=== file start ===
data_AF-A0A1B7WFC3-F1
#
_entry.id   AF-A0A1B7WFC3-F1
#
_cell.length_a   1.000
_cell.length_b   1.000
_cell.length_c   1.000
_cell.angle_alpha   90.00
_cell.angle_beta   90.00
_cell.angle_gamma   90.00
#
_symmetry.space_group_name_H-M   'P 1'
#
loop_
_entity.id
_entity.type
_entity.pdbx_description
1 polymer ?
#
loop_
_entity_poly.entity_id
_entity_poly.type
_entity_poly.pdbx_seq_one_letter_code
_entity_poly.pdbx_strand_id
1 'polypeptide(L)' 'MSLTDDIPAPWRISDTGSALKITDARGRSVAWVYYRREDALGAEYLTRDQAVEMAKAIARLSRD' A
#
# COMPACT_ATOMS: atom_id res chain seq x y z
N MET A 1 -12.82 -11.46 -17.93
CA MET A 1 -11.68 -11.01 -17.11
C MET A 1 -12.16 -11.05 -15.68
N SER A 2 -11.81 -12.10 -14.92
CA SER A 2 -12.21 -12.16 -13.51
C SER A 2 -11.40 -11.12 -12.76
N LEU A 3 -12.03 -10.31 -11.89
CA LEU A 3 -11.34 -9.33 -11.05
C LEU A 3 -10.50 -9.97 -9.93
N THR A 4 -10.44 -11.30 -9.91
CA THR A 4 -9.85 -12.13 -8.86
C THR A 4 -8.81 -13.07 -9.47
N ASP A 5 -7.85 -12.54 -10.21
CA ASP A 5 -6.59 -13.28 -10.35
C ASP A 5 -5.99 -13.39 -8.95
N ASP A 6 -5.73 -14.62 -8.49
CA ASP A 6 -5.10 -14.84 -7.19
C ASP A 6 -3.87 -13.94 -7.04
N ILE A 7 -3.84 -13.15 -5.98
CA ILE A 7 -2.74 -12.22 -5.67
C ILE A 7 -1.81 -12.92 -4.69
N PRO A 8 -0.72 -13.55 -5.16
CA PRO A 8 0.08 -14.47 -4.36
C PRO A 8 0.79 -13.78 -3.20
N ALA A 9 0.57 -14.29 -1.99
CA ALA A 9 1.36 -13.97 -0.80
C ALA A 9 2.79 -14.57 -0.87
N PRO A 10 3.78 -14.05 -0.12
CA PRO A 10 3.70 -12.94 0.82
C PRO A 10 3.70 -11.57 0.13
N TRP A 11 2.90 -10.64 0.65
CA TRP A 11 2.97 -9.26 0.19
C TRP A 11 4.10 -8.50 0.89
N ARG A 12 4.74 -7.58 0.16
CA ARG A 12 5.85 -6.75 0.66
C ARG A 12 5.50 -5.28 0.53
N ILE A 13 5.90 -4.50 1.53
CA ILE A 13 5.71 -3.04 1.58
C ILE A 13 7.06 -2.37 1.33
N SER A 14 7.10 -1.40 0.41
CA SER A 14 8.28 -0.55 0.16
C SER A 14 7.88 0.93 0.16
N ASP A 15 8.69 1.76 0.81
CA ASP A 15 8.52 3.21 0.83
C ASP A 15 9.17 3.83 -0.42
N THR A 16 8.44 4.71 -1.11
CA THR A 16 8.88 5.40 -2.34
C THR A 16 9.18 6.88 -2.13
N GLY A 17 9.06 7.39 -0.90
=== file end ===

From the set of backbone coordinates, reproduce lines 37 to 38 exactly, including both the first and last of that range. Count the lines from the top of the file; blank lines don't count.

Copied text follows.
N THR A 4 -10.44 -11.30 -9.91
CA THR A 4 -9.85 -12.13 -8.86